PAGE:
Project Wildlife looks out for the county’s diverse fauna
BY JENNIFER McENTEE
San Diego’s mild climate and proximity to the ocean, the mountains and the desert make it a great place for people. It also means a variety of wildlife call San Diego home. Sometimes the public encounters sick, injured or orphaned wildlife in need of medical assessment and treatment. That’s where Project Wildlife, a program of San Diego Humane Society, comes in.
“The more people encroach on territories, the more we interact with wildlife,” says Carly Padilla, community outreach educator for Project Wildlife. “We are one of the most biodiverse regions in the country, with over 320 different species residing here. We are also the primary breeding location for a significant number of endangered species.”
Project Wildlife relies on the public, local businesses, government agencies and other animal organizations to bring wildlife in need of help to Project Wildlife’s care center on Sherman Street or one of its 60 satellite sites.
Padilla says the center sees a lot of birds, from seagulls to woodpeckers, and mammals, including cottontail rabbits, squirrels and the occasional skunk or coyote. It’s one of the largest wildlife rehabilitation organizations in the United States, caring for upward of 10,000 birds and mammals annually.
Project Wildlife is a volunteer-supported program. During the busy “baby season” in spring, a staff of 10 wildlife experts works with more than 400 volunteers, many of whom are trained to care for specific animal species—from raptors to raccoons—on their own property.
Project Wildlife has offered animal rehabilitation and conservation education since 1972; it merged with San Diego Humane Society in 2014. The relationship means it benefits from access to SDHS infrastructure, funding and facilities, including a new 5,200-square-foot wildlife rehabilitation center under construction at the San Diego Campus.
“It’s been a wonderful merger,” Padilla says. “Now under the umbrella of San Diego Humane Society, all animals have someone looking out for them.”
The primary mission of Project Wildlife staff and volunteers is to care for sick, injured and displaced animals so they can be released back into the wild. Legally, wild animals need to be released within a 3-mile radius of where they were found. Some animals are too severely injured and must be humanely euthanized. Some animals won’t thrive if returned to the wild, but can become animal ambassadors in interactive educational programs for school groups, community organizations and library programs.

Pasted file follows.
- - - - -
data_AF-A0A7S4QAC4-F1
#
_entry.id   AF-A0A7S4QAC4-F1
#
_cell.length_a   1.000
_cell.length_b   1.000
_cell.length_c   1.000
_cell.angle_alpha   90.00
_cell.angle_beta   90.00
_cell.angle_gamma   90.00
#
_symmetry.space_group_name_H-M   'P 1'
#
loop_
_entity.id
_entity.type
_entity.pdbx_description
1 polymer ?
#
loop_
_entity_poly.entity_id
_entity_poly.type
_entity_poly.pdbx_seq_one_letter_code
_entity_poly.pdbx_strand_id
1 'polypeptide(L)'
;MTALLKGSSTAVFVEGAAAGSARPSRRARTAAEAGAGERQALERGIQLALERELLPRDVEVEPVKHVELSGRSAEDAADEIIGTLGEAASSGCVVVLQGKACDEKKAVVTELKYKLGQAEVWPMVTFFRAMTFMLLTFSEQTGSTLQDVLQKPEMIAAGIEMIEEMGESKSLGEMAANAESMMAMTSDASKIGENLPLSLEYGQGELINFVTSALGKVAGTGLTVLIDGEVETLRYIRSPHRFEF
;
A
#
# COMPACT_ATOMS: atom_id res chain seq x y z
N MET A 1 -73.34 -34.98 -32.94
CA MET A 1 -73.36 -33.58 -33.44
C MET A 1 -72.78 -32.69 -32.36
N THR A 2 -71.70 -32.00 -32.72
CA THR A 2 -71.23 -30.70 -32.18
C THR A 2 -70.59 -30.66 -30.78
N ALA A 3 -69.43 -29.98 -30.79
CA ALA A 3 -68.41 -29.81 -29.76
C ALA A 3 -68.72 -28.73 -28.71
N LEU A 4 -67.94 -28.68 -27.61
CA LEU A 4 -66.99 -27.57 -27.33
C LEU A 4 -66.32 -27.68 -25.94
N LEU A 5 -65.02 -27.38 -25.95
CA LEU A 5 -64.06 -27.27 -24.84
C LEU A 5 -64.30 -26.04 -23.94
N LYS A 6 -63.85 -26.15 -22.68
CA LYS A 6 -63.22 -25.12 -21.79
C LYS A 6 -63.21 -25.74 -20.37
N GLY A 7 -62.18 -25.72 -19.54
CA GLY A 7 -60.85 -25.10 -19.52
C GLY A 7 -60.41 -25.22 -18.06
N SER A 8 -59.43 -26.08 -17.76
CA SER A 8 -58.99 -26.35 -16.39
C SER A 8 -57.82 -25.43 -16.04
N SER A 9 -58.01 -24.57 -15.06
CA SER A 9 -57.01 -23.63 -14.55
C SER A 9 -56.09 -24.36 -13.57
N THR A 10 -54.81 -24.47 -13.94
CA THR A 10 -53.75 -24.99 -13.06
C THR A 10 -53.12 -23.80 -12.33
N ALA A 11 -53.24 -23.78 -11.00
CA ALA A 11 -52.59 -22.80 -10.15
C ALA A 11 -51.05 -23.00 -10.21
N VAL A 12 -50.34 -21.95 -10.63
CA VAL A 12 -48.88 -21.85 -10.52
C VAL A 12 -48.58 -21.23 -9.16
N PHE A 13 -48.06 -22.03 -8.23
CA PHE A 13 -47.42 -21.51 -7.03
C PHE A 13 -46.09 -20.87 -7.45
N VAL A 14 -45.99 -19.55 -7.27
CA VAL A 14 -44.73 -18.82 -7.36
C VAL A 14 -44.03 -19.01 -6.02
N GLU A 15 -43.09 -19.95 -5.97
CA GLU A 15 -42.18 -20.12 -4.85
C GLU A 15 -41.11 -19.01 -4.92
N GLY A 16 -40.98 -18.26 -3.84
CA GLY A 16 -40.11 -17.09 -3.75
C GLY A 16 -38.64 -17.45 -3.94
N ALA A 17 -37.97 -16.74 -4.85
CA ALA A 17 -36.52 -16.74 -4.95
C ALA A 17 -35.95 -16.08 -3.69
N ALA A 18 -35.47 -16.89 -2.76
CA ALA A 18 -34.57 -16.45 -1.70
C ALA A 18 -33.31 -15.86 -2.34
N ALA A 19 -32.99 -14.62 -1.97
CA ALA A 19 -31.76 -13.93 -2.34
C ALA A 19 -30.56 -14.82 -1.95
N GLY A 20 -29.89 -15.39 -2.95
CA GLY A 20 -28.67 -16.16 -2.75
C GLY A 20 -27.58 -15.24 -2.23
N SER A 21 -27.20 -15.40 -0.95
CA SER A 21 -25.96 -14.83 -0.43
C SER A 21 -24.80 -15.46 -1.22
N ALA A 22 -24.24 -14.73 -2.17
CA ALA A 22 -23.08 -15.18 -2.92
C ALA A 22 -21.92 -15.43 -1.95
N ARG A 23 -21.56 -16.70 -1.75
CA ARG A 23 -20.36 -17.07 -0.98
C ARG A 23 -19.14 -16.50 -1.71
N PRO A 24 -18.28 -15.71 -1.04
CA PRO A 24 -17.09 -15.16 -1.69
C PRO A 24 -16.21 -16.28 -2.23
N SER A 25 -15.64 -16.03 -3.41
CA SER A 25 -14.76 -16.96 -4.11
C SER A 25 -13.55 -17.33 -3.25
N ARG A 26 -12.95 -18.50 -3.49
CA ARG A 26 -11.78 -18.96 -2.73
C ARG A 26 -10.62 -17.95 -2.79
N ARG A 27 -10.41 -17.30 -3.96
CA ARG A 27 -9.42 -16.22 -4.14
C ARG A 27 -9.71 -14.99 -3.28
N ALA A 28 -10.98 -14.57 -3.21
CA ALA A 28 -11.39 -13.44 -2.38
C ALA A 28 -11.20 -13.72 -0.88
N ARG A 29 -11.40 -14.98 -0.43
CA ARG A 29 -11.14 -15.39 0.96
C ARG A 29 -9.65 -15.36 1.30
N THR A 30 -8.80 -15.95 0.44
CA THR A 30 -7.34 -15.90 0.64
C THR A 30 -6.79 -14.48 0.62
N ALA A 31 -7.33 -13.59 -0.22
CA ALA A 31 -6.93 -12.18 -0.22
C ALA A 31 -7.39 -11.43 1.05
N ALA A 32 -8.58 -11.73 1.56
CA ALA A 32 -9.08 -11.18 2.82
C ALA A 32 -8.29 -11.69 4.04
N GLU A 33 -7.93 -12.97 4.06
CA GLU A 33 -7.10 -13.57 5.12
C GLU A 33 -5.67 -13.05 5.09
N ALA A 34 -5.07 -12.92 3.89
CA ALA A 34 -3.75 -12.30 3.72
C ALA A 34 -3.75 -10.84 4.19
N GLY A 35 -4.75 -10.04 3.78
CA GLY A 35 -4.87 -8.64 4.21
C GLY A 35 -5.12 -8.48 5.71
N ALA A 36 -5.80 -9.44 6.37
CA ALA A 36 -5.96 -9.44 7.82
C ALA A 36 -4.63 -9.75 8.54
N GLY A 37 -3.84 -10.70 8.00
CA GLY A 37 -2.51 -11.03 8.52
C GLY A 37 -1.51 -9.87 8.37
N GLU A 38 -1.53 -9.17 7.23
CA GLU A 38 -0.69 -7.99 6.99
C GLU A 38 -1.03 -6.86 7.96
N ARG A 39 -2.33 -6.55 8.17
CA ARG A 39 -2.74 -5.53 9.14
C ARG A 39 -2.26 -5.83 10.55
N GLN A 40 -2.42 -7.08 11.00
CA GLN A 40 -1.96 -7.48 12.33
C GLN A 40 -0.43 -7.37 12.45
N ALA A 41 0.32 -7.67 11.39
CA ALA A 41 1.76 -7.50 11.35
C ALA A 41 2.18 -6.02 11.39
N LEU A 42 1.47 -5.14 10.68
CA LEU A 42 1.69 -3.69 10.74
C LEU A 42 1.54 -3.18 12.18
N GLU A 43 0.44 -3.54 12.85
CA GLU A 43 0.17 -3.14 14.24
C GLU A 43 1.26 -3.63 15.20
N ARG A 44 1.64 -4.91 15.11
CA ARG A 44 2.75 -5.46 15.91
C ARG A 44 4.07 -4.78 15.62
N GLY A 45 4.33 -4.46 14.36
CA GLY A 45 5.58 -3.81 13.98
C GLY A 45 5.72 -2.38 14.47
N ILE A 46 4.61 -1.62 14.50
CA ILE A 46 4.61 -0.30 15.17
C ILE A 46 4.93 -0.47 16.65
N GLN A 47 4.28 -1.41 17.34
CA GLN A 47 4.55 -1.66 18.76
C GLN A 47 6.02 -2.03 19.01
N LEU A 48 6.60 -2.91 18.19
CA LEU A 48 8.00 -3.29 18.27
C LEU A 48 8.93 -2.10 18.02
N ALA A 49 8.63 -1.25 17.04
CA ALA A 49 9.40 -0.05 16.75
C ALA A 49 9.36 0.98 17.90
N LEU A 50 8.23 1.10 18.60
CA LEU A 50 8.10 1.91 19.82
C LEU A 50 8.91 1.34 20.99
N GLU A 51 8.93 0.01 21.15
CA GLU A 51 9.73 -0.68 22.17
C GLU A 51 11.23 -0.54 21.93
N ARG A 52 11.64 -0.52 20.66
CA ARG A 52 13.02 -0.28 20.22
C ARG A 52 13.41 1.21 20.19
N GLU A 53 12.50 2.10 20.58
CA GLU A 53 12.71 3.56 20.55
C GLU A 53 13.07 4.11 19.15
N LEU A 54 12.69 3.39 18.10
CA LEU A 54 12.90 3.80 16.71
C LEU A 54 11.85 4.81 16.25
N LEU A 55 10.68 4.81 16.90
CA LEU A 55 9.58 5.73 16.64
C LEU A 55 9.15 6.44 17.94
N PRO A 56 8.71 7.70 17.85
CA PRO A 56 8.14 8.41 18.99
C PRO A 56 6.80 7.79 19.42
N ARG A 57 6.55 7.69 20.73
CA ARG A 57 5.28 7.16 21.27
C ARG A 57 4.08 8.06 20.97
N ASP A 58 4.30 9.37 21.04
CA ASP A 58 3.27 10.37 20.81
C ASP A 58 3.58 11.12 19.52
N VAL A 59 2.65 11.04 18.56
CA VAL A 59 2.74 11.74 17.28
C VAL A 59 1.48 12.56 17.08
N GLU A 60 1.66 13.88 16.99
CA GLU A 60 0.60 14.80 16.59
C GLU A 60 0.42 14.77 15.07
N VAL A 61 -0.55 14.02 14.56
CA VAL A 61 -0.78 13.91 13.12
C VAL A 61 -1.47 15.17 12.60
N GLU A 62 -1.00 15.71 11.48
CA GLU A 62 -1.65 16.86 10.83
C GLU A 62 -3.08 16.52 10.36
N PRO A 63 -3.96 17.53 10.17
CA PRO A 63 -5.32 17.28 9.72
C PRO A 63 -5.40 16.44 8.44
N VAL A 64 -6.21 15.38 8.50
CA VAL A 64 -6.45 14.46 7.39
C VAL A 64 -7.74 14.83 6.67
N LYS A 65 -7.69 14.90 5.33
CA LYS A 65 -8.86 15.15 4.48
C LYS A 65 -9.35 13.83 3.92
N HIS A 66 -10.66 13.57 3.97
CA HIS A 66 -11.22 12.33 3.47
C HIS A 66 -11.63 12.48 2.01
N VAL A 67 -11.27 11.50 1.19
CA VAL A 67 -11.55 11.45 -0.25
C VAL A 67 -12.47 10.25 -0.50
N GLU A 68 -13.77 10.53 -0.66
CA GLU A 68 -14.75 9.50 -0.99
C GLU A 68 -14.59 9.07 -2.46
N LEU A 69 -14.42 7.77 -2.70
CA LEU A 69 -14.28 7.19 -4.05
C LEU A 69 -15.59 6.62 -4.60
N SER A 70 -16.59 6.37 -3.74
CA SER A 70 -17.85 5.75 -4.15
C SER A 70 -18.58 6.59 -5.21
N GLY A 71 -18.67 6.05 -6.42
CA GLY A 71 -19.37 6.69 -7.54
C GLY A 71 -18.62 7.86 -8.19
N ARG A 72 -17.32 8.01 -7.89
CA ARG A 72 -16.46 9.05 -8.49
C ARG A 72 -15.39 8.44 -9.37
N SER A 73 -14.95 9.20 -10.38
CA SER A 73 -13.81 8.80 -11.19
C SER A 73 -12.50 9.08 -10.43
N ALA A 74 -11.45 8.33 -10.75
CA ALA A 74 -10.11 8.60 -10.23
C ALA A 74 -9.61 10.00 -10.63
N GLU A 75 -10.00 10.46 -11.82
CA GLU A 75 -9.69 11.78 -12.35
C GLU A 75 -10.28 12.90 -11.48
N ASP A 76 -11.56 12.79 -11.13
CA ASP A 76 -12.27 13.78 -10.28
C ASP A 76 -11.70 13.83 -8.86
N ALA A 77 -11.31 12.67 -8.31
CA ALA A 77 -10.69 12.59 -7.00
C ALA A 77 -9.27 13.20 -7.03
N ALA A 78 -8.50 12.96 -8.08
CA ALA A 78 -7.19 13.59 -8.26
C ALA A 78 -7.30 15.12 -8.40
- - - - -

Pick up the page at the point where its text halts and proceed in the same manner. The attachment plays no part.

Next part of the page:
Padilla says public education is important for dispelling common myths—for instance, baby birds won’t be rejected by their mothers if touched by humans, and skunks don’t really want to spray you—and for teaching how we can live alongside wildlife without endangering it.
“Animals are looking to survive, too. We all share San Diego as our home—a lot of people and animals want to live here,” she says. “Part of what makes San Diego great is that we have a variety of ecosystems to explore and so many different animal species with which to coexist.”
For more information, visit
BIG NEWS Later this year, thanks to the generosity of donors, including leadership gifts from Pilar and Chuck Bahde, Rita Myers and the J.W. Sefton Foundation, San Diego Humane Society will be opening a new state-of-the-art Wildlife Rehabilitation Center. Since 1972, Project Wildlife has operated in a Wildlife Triage Center that is not sufficient to meet the growing needs of wildlife rehabilitation in San Diego. Each year, in an 1,100-square-foot trailer, Project Wildlife rehabilitates more than 10,000 sick, injured and orphaned wild animals.